RESPONDENT: United States
LOCATION: District Court of Massachusetts
DOCKET NO.: 128
DECIDED BY: Warren Court (1958-1962)
LOWER COURT: United States Court of Appeals for the Sixth Circuit
CITATION: 364 US 661 (1961)
ARGUED: Jan 11, 1961 / Jan 12, 1961
DECIDED: Jan 16, 1961
Facts of the case
Media for Kimbrough v. United StatesAudio Transcription for Oral Argument - January 12, 1961 in Kimbrough v. United States
Audio Transcription for Oral Argument - January 11, 1961 in Kimbrough v. United States
Number 128, Vernon Kimbrough, Petitioner, versus United States.
Edward L. Barrett, Jr.:
May it please the Court.
The facts in this case, maybe simply stated in April 28, 1941, the petitioner was indicted a grand jury in the Eastern District of Kentucky.
This indictment contained three counts.
All charges relating to the National Motor Vehicle Theft Act.
First count charged a conspiracy on behalf of this petitioner and his two codefendants to violate that statute.
Second count charged that on or about the 12th day of February 1941, petitioner and his codefendants did unlawfully and feloniously transport and caused to be transported in interstate commerce from Atlanta in the State of Georgia to Owen County, Kentucky when 1941 Super Deluxe Ford Motor car identified by its motor number which have theretofore been stolen in around three motor companies in Lake City, Florida.
The said defendants knowing had been so stolen.
The third count charged that on or about the 19th day of January 1941 in between said date in the 13th day of February 1941, and then the jurisdiction of this Court, the petitioner and his codefendants did unlawfully and feloniously receive, conceal, and store the same motor vehicle as to which the transportation was charged in the second count, knowing that it was moving -- it was a part of interstate commerce and had been stolen in Florida.
The petitioner pleaded guilty for these three counts.
Also incidentally on April 28th and the same day, the judge gave sentences of two years on Count 1, the conspiracy count and five years on each of Counts 2 and 3, in order that these sentences to run consecutively for a total of 12 years.
The present proceeding began with the motion by the petitioner to vacate the sentence under Count 3 and motion filed under 28 United States Code 2255 filed on April 9th, 1959.
This motion was denied by the District Court.
It was affirmed by the Court of Appeals in the Sixth Circuit and the case is now here.
As a result of a combination of circumstances which don't appear on the record of this case, petitioner is now serving sentence attributable to the last -- some part of the last five years, so there's 12-year sentence in 1941, and so the legality of the sentence under the -- is -- is presently at issue.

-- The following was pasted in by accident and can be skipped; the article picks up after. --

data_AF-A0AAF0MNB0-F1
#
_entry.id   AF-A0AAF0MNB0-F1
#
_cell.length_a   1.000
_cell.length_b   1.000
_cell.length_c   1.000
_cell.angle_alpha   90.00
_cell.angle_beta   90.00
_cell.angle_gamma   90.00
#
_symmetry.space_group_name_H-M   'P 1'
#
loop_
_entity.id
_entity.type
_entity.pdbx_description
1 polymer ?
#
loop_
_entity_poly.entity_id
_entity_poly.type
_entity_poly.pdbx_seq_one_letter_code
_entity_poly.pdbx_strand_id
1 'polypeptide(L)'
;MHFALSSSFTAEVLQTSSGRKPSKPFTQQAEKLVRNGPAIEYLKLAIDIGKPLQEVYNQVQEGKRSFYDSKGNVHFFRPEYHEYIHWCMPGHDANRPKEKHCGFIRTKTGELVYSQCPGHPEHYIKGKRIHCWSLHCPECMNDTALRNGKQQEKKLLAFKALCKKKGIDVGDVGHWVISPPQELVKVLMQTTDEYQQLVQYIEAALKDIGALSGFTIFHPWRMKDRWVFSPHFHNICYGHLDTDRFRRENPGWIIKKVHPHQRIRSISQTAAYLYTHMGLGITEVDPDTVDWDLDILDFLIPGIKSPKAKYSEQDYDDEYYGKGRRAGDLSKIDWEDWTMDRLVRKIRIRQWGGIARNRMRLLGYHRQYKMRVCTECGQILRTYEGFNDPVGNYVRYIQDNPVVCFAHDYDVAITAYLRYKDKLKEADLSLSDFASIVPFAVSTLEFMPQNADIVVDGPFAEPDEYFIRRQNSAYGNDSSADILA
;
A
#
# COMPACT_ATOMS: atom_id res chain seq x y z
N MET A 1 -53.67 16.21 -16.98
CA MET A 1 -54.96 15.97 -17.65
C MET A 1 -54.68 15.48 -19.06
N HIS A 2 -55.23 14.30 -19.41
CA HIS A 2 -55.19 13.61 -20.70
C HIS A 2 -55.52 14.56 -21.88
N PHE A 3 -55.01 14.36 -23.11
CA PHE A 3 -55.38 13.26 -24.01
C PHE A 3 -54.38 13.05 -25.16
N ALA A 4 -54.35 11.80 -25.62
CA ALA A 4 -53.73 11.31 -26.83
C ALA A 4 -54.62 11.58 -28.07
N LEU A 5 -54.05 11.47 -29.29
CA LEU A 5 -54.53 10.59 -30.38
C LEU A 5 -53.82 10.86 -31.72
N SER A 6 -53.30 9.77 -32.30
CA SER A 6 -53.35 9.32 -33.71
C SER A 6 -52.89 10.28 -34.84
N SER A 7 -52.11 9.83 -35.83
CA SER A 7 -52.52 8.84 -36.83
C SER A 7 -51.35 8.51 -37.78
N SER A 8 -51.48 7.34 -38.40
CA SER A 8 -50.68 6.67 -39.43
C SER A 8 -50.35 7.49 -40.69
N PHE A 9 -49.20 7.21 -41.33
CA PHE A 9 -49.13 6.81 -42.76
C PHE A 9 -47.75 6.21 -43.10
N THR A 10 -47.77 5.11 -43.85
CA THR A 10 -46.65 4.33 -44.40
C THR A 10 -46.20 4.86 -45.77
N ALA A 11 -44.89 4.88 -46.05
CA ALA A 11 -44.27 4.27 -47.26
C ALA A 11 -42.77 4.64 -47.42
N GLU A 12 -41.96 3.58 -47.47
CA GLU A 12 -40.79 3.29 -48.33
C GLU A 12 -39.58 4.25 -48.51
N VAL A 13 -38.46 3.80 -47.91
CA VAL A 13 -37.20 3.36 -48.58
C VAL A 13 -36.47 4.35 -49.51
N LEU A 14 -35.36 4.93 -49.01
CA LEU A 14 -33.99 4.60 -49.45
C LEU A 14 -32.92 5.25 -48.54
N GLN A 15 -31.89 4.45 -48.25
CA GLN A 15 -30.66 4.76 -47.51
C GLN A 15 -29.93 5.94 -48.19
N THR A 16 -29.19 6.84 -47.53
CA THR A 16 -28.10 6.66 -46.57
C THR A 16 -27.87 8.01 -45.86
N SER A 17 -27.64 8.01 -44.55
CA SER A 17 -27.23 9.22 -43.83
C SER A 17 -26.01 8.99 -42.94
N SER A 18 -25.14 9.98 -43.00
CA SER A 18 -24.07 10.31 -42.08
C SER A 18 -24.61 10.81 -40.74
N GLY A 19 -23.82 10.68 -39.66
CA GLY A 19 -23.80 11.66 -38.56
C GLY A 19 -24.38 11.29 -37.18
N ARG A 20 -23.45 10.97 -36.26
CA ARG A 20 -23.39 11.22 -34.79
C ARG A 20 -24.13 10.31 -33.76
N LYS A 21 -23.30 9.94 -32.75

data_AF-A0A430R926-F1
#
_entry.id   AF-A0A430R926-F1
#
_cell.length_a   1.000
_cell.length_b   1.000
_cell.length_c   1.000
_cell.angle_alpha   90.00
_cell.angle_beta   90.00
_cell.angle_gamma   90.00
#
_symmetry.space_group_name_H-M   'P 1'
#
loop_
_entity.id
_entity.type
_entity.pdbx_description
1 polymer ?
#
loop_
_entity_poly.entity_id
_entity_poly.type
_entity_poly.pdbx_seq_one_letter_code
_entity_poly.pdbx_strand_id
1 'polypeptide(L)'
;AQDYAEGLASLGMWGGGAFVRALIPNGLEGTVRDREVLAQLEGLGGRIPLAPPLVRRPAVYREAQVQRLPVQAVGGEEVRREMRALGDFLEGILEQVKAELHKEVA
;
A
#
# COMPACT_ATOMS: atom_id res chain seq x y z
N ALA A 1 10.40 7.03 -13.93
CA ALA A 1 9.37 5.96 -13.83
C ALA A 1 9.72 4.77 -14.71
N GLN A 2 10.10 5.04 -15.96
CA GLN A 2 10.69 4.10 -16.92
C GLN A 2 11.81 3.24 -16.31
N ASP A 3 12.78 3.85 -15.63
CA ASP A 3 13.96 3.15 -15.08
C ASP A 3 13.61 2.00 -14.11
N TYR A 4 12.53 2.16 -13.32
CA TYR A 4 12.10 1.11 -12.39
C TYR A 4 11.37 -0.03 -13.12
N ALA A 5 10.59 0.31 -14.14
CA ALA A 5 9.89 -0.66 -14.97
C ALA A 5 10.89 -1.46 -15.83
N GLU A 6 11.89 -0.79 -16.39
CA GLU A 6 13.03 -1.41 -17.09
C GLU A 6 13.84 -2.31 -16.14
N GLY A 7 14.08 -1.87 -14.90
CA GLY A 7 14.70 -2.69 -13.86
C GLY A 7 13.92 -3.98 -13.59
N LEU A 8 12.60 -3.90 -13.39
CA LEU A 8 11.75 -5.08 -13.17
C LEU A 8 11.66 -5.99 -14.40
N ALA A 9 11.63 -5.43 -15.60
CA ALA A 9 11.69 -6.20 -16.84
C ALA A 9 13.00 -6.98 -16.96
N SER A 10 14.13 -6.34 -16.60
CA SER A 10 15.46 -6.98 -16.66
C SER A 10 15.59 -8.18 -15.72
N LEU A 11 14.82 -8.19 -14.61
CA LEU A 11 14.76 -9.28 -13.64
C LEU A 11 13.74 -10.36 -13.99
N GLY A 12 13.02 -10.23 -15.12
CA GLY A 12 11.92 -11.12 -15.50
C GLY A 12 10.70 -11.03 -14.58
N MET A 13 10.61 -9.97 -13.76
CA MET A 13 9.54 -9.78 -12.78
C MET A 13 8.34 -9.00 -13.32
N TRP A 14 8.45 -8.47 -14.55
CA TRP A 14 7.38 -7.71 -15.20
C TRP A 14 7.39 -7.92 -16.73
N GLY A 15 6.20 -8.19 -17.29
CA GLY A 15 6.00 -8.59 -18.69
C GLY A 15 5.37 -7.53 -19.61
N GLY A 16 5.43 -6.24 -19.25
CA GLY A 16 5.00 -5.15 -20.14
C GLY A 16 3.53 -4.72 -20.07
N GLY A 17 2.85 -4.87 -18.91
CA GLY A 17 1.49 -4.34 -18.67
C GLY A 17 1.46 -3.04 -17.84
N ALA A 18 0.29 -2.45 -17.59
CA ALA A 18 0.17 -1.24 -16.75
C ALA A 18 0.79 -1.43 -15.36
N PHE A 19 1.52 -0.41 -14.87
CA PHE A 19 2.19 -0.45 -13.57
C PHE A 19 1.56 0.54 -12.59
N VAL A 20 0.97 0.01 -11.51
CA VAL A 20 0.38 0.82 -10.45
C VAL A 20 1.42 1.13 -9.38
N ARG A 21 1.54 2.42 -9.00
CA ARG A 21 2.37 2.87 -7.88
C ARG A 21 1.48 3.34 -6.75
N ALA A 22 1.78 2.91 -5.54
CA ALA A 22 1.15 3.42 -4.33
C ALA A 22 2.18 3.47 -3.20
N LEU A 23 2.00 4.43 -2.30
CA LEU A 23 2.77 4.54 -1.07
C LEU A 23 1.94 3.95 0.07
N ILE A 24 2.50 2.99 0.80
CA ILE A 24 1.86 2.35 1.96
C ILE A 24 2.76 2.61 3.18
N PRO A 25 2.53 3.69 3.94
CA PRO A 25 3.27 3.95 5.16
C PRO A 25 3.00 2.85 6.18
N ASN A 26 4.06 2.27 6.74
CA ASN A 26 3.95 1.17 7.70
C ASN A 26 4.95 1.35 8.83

The petitioner and the Government are in agreement that the motion under 2255 was a proper motion to raise the question, whether it considering the phase of the indictment, the consecutive sentences here would proper.
There's also an agreement that the issue must be determined from the phase of the indictment because no other facts are numb.
The question then becomes, question of interpretation of the statute, the National Motor Vehicle Theft Act determined whether it permitted consecutive sentences were fence forting and for receiving, concealing, and storing was reference to the same automobile.
This was involved here.
I think the conflicting positions of the Government and petitioner can be quickly set out and would show the dimensions of the problem before us.
Petitioner's contention is essentially this, that under the statute properly construed a single defendant may, with respect to a single automobile, be charged with only one offense.
That is that during a period of time here the statute -- the indictment charged that between January 19th and February 13th, the defendant -- the petitioner here was guilty of receiving, concealing, and storing an automobile.
It charged that on February 12th which is within the period charged in receiving, concealing, and storing count that he transported this automobile in interstate commerce.
Now, the broad contention then of the petitioner here, if it would not regard to what things -- petitioner may have done with this automobile without regard to where he kept it, without regard to whether he took it across six state lines or one state line.
Not regard to whether he repainted motor numbers, re-changed the motor numbers, repainted the car whatever else he did.
He properly construed this statute under this statute that he can be convicted of only one crime.
Now, the Governor's con -- the Government's contention is set forth in their brief, was to much broader contention and that is, as I understand it that in this context, a person may be charged with an almost indefinite number of crimes and receive consecutive sentences so long as he commits separate acts with reference to this automobile.
And the Government's position says that the issue turns at least upon the question of whether or not separate acts were committed.
Now, two examples that may serve to illustrate the problem that we're dealing with, one example would be the case of the professional thief which steals a car in one State, immediately transports to another State and disposes of it to offense.